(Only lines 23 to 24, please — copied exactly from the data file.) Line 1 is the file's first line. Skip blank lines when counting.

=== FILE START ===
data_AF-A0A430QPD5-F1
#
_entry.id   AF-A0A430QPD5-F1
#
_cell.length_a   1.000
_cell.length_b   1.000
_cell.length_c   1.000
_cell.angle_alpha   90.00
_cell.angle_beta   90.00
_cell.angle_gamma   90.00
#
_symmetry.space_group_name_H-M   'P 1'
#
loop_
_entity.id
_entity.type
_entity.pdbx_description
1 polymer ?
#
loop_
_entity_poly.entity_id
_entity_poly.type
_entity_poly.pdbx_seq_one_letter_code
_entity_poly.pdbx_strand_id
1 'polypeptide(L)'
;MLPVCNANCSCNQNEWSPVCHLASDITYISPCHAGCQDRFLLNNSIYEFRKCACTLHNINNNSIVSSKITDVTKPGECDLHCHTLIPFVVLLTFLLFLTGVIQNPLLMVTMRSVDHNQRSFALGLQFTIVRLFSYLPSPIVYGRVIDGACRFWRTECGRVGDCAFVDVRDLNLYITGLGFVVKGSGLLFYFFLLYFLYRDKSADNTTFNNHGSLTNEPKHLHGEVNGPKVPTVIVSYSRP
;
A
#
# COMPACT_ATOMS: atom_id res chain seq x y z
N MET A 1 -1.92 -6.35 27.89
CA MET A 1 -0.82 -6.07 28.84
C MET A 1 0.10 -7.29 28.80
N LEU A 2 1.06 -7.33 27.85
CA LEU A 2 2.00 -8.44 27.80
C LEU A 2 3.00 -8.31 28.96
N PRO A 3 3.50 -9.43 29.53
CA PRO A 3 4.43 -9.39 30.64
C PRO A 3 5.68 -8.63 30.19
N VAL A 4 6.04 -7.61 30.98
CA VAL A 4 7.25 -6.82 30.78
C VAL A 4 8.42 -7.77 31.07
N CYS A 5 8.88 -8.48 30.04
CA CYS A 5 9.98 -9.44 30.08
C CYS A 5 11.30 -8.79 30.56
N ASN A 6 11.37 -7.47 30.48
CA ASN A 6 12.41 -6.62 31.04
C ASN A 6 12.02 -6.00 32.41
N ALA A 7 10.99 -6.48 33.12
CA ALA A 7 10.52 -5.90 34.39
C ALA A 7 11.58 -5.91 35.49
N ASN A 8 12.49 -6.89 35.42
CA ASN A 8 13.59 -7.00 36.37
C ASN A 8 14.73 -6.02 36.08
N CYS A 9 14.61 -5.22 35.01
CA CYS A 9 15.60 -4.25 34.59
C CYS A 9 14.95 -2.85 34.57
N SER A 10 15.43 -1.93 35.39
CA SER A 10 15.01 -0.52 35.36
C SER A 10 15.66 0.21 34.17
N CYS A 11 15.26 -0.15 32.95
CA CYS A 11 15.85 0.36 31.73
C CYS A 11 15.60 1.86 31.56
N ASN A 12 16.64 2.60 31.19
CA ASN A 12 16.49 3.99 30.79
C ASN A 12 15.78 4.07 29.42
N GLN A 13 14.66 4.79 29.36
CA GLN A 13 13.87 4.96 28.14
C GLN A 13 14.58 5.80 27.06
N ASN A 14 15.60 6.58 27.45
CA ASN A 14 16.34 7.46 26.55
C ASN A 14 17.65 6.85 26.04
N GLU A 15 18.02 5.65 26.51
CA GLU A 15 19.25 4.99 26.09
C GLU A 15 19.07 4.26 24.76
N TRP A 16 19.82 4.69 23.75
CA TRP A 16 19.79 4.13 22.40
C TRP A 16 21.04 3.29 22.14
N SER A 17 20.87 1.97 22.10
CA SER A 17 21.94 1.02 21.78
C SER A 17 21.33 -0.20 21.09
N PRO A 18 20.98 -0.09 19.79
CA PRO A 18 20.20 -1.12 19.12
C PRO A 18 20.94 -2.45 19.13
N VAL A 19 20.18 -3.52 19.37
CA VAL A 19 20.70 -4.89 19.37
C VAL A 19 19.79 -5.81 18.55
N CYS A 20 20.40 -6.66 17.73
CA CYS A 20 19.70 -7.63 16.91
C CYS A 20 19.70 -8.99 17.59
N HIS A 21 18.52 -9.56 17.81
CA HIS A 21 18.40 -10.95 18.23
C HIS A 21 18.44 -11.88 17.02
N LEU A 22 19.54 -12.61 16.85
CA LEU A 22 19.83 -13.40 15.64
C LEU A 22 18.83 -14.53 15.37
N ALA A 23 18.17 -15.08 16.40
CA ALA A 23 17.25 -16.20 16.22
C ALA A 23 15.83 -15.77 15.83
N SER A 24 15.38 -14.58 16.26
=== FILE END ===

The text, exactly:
_entity_poly.pdbx_seq_one_letter_code
_entity_poly.pdbx_strand_id